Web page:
The challenges of the COVID-19 pandemic are different for various socio-demographic groups, and Medical News Today has zoomed in on the ways in which this crisis has affected the more vulnerable ones. In this Special Feature, we focus on how the pandemic has affected older adults.
All data and statistics are based on publicly available data at the time of publication. Some information may be out of date.
As part of a new series of features, MNT has looked into how the pandemic affects women’s reproductive rights, people that may find themselves in an abusive relationship, as well as the mental health of people of color and those belonging to an ethnic minority group.
In this Special Feature, we examine the impact that the pandemic has had on another group that gets frequently overlooked: older adults.
From the likelihood of developing a more severe form of COVID-19 to the risks of isolation and mental health problems, this feature looks at ways in which older adults have taken the brunt of the pandemic.
The COVID-19 disease, in itself, has hit older adults harder than other age groups.
Older adults are more likely to already have underlying conditions such as cardiovascular disease, diabetes, or respiratory illness — comorbidities that we now know raise the risk of severe COVID-19 and COVID-19-related death. In addition, a likely weaker immune system makes it harder for older adults to fight off infection.
As a result, the impact on older adults is notable. According to World Health Organization (WHO) data from April 2020, more than 95% of COVID-19 deaths were among people over 60 years of age, and more than half of all deaths occurred in people of 80 years-plus.
In Sweden, for example, 90% of the deaths from COVID-19 were among people more than 70 years of age.
The Chinese Centers for Disease Control and Prevention offered data in March showing an average COVID-19 case fatality rate of 3.6% for adults in their 60s, 8% for those in their 70s, and 14.8% for people 80 years and above.
“Older adults are at a significantly increased risk of severe disease following infection from COVID-19,” said Dr. Hans Henri P. Kluge, WHO Regional Director for Europe in a WHO press briefing, who added:
“Supporting and protecting older people living alone in the community is everyone’s business.”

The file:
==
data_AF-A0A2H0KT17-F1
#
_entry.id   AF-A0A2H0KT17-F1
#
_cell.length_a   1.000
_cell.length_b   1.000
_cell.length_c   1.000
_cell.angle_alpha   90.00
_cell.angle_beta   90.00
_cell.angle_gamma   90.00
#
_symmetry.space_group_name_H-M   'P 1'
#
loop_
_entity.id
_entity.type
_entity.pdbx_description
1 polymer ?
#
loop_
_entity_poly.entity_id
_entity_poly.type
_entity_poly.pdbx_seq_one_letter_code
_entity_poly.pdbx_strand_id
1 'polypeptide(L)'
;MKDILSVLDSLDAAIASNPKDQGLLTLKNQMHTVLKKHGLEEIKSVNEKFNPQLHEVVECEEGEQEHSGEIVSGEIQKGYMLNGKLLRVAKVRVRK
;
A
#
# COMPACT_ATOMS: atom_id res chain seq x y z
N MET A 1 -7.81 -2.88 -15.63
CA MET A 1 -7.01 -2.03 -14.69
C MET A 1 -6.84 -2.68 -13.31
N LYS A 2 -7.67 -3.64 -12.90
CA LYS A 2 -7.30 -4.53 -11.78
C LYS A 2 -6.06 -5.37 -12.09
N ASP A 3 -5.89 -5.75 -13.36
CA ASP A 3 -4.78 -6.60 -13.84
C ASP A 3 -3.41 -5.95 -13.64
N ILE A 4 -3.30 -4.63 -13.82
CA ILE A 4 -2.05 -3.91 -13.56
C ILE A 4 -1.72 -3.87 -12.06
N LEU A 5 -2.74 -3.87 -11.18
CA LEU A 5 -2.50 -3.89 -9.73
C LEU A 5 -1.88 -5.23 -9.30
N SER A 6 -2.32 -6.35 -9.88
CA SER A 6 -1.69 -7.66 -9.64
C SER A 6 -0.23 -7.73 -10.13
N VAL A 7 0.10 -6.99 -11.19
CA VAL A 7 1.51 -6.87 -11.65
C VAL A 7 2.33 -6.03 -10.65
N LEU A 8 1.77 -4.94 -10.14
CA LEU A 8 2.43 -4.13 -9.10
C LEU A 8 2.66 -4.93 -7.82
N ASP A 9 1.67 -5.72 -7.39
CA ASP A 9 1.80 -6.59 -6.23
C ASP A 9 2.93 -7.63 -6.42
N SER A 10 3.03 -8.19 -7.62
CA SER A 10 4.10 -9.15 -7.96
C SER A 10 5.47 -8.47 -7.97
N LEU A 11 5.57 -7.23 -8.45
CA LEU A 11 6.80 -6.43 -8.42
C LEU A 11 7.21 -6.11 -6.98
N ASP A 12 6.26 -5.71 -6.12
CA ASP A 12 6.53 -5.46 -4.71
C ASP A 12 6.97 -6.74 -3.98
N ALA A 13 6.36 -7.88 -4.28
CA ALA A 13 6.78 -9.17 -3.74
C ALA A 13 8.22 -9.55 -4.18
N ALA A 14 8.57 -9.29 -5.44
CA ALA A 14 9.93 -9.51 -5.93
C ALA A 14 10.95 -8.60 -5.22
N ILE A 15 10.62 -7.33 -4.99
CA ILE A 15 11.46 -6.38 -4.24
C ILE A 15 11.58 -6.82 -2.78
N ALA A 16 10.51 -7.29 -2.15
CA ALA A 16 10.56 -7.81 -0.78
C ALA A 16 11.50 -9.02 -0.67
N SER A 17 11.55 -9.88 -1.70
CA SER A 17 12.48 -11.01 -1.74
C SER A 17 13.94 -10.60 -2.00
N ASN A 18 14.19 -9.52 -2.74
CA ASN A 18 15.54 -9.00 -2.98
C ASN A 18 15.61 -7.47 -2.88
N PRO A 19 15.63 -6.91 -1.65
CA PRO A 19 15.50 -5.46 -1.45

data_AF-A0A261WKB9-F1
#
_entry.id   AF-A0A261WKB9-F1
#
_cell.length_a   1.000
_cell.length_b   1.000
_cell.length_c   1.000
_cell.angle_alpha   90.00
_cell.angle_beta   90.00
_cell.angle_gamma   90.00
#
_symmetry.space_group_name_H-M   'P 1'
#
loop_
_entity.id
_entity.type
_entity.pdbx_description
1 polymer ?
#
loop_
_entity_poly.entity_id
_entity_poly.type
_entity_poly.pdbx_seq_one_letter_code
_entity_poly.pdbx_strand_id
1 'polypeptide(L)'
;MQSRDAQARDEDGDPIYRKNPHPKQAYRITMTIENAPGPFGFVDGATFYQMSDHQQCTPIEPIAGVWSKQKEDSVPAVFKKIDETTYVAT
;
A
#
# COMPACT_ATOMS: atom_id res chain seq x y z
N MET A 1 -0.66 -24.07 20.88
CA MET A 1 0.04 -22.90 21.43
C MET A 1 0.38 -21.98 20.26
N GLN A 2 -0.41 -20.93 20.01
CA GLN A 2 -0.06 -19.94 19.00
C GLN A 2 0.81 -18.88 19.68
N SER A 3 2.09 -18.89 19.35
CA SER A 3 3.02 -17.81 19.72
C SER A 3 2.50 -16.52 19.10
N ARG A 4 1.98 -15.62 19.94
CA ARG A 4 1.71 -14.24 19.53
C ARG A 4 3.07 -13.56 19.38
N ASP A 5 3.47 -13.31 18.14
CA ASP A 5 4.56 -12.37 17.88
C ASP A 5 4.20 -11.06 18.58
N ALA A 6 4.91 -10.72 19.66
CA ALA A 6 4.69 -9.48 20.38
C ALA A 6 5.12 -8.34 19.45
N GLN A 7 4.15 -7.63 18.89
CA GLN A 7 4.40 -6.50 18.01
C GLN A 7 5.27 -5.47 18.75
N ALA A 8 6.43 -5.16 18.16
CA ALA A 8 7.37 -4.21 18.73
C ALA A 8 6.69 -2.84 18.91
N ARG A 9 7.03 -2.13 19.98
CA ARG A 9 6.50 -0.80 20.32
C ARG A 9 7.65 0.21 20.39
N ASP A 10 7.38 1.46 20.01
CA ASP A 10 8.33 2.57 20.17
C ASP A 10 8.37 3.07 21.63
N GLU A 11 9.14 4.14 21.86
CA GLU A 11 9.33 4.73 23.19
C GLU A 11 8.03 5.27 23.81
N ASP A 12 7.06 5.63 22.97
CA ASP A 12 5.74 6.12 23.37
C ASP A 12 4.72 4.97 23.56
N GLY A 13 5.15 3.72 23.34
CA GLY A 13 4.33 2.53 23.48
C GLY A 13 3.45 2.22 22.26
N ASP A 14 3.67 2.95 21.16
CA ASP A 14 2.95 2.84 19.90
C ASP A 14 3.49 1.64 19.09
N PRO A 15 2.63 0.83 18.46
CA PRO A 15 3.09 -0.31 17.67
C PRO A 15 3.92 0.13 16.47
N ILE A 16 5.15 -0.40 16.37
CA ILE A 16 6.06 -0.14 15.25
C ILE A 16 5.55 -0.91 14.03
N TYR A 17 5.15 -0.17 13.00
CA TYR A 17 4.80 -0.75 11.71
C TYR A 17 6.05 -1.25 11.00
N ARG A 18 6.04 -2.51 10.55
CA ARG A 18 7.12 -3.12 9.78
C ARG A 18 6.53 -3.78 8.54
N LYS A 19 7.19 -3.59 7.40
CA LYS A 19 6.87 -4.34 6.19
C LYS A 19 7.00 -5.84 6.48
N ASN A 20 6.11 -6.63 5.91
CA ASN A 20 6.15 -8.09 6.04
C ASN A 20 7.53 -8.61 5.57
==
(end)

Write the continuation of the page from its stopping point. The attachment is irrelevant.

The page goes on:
While the wider community should indeed be preoccupied with the health and well-being of older adults, there are epicenters to the current crisis, and nursing homes, alongside hospitals, are one such place.
The United States Centers for Disease Control and Prevention (CDC) warn that “nursing home populations are at the highest risk of being affected by COVID-19,” compounding not only the risk for older people but also placing care workers at risk.
The New York Times (NYT) gathered recent data showing that in the U.S., at least 28,100 residents and workers have died from a SARS-CoV-2 infection in a nursing home or in another long-term care facility for older people.
Overall, more than a third — that is, 35% — of all COVID-19 deaths in the U.S. occur in long-term care facilities, comprising residents and workers.
“While just 11 percent of the country’s cases have occurred in long-term care facilities,” say the authors of the NYT report, “deaths related to COVID-19 in these facilities account for more than a third of the country’s pandemic fatalities.”
In other parts of the world, the situation looks dire, too. Data collected by researchers at the London School of Economics (LSE), in the United Kingdom, suggest that the majority of COVID-19-related deaths occurred in nursing homes.
In Belgium, for example, 53% of the country’s entire number of COVID-19 deaths occurred in care homes.
- In Canada, this proportion was 62%.
- In France, the figure ranges from 39.2–51%.
- In Spain, 67% of all COVID19 deaths occurred in care homes.
- In the U.S., nearly 60% of all care home-related COVID-19 deaths occurred in the state of New York.
The danger of the new coronavirus spreading in care homes, and affecting workers as well as residents, is amplified by the fact that most of the cases doctors confirmed in these environments were asymptomatic.